2019 Northwestern Law MSL Entrepreneurship Trip — Wildcat Venture Partners

By Ying Chen, Samantha Loren, and Daniel Torres

Day 3 – Wednesday, March 27: Wildcat Venture Partners

It’s not every day that a group of students interested in entrepreneurship get behind-the-scenes access to the venture capitalists that fund some of the most successful startups in Silicon Valley. Needless to say, we were bursting with questions: what do seasoned venture capitalists look for in a team or company? What type of markets attract them? What are some of the largest challenges faced by young entrepreneurs? These questions – and more – were answered by Bill Ericson, Geoffrey Moore, and Buddy Arnheim on the MSL EnTP’s time at Wildcat Venture Partners.

But first things first: who is Wildcat Venture Partners, and what do they do? Wildcat Venture Partners funds “young tech start-ups in the machine learning/AI, IoT, Cloud and Mobility areas of Consumer Platforms, Digital Health, EdTech, Enterprise SaaS, and FinTech.” By focusing on particular industries and market segments, Wildcat is uniquely positioned to assist entrepreneurs with the specific challenges posed by these industries.

As MSL students with strong backgrounds in STEM, and entrepreneurial mindsets, we were fascinated to hear from Bill Ericson (a founding partner at Wildcat Venture Partners and Northwestern Law alumnus), Geoffrey Moore (a venture partner at Wildcat Venture Partners, and author of seven must-read business books, including Crossing the Chasm), and Buddy Arnheim (Partner, and Chair of Emerging Companies and VC Practice at Perkins Coie LLP).

One blog post cannot even begin to synthesize everything we learned during our time with the team, but here are five of the highlights and key takeaways the MSL students learned from Wildcat Venture Partners:

(1) Choose your market wisely.
A common challenge young startups face is selecting a mature market with little opportunity for disruption, or a market that already has a top disrupting player. The reality is, 70% of the market revenue goes to the top player. Young startups try to go too big too soon, which is a surefire way to back yourself into a corner. As Geoffrey illustrated, don’t try to be the minnow in the ocean – that is, don’t try to compete with the big players unless you see trapped value and potential for industry disruption. But that begs the question…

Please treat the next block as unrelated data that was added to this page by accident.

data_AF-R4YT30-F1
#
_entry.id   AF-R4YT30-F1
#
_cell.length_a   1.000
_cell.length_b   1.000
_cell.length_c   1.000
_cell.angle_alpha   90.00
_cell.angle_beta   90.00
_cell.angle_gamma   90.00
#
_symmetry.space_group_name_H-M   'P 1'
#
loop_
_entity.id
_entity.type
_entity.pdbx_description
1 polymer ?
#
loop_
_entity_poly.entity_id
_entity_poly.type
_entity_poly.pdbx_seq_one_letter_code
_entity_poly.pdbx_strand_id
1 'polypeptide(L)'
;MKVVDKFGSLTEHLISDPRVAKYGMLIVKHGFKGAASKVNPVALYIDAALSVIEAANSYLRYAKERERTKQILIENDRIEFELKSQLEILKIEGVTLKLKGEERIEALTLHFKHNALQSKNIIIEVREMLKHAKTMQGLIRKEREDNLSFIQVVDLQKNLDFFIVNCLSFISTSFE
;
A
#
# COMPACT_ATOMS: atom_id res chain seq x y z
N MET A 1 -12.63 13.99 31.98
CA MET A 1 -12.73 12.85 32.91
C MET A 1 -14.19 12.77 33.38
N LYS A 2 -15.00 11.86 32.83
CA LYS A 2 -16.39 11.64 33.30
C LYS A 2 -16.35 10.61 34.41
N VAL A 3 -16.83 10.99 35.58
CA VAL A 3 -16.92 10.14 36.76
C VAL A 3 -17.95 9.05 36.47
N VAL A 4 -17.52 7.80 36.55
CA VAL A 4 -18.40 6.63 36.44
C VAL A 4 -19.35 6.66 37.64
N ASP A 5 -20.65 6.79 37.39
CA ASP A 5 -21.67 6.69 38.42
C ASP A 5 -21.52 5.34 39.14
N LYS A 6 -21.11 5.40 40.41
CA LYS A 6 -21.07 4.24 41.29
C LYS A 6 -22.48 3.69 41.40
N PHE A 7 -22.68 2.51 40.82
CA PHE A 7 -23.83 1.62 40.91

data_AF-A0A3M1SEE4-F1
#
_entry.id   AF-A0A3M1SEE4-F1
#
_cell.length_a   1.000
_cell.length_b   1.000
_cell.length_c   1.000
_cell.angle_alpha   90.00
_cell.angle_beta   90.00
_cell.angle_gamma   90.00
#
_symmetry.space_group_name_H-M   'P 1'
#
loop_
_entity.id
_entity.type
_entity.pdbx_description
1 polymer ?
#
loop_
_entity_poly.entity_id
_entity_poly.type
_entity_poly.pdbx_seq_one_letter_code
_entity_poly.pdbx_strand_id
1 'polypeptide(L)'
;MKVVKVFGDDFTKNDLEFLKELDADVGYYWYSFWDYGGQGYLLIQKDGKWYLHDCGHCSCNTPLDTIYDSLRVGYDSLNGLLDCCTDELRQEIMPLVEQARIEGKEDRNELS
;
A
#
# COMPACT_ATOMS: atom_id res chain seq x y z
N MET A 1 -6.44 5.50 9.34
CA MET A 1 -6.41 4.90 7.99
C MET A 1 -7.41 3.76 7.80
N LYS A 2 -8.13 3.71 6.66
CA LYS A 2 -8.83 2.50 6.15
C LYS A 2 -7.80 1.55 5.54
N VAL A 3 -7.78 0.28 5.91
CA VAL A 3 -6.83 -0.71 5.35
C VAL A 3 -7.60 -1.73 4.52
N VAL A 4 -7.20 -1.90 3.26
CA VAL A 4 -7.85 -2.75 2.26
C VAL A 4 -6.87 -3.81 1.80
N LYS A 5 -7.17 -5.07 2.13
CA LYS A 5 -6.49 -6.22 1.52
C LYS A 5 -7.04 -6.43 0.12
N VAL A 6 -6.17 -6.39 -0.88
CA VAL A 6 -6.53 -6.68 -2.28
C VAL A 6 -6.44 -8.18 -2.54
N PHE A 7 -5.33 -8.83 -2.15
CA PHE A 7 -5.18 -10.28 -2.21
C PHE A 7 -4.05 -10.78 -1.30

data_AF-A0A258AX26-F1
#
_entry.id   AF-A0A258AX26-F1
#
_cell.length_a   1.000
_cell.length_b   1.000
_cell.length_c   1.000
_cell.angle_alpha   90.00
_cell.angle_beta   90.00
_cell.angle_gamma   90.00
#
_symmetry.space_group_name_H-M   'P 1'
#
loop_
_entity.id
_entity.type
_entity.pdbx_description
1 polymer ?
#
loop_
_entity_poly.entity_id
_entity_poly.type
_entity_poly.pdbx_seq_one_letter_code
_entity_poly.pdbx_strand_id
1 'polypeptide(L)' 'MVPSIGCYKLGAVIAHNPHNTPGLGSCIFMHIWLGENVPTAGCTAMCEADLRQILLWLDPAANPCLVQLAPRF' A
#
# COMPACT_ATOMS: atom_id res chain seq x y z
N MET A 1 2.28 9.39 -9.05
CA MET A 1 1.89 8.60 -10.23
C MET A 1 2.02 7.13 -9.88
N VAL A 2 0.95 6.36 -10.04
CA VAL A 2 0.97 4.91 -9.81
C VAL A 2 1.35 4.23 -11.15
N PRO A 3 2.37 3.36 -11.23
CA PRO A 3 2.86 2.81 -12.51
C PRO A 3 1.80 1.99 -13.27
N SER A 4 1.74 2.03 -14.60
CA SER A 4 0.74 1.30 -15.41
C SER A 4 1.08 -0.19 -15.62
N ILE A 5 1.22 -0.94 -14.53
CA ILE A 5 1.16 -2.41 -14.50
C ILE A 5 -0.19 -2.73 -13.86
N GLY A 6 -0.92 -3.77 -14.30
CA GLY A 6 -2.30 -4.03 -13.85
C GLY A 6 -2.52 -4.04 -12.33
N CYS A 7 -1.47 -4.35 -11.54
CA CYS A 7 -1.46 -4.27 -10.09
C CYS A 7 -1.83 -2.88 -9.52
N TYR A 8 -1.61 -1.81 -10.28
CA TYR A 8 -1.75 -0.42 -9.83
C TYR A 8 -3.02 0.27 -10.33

(2) What is trapped value, and how does it lead to market disruption?
“Trapped value” is value that is being wasted, unused, or underutilized. If tapped and released (“untrapping” the “trapped value”, if you will), this value could disrupt the market. An example that was discussed in our meeting is the world wide web. Before the WWW, information was sitting on hard drives around the world, only shared with people who had direct access to it (trapped value in isolated information). With the WWW, the information that was previously trapped and only accessible to a small few became accessible to everyone.

(3) So I’ve found the trapped value. How do I approach the investors?
It depends. Some VCs only like to work with young startups; or only in specific industries; or with seasoned professionals; or only with people who have at least one failed startup behind them. Knowing the type of investor you’re approaching and the investment strategy they follow will help tailor the VC search.

(4) I’ve found the investor. But what are they really looking for?
Through our conversations, it seems that most VCs like to focus on three areas: the team, the IP, and the market – both the size of it and its potential to be disrupted. Ideally, a young startup would have strength and a plan in all three areas before talking to a VC, as the three areas are interconnected – you could have great IP, and a great market, but no team; likewise, you could have a great team, and great IP, but the market isn’t right. Moreover, what the investor focuses on could depend on the type of product you have. As was discussed in our meetings, physical product ventures tend to focus on market size and potential for disruption, while tech products and ventures like to focus on the team behind them.

(5) Speaking of teams, how do I know if I have the right one?
The key to building the right team is finding people with complementary skills. Identifying what you don’t know, and finding the people to supplement that knowledge is paramount to designing a winning team. As well, build your team to perform the tasks they are best suited to perform. In startups, where resources are slim, and time is of the essence, relay races don’t work – the person who can do the job best in the most efficient manner should be assigned the task with minimal regard to their “official role”.

These five takeaways were just a few of the many lessons gained from our conversation with Bill, Buddy, and Geoffrey. A short blog post and a two hour meeting couldn’t possibly capture all the knowledge they had to share. But even in our short time with them, we left our meeting inspired, ready to find our own trapped value, and dive into the world of entrepreneurship! The MSL EnTP group is extremely grateful to the Wildcat team for sharing their time, expertise, and insights with us – the conversation was certainly a highlight from the trip.

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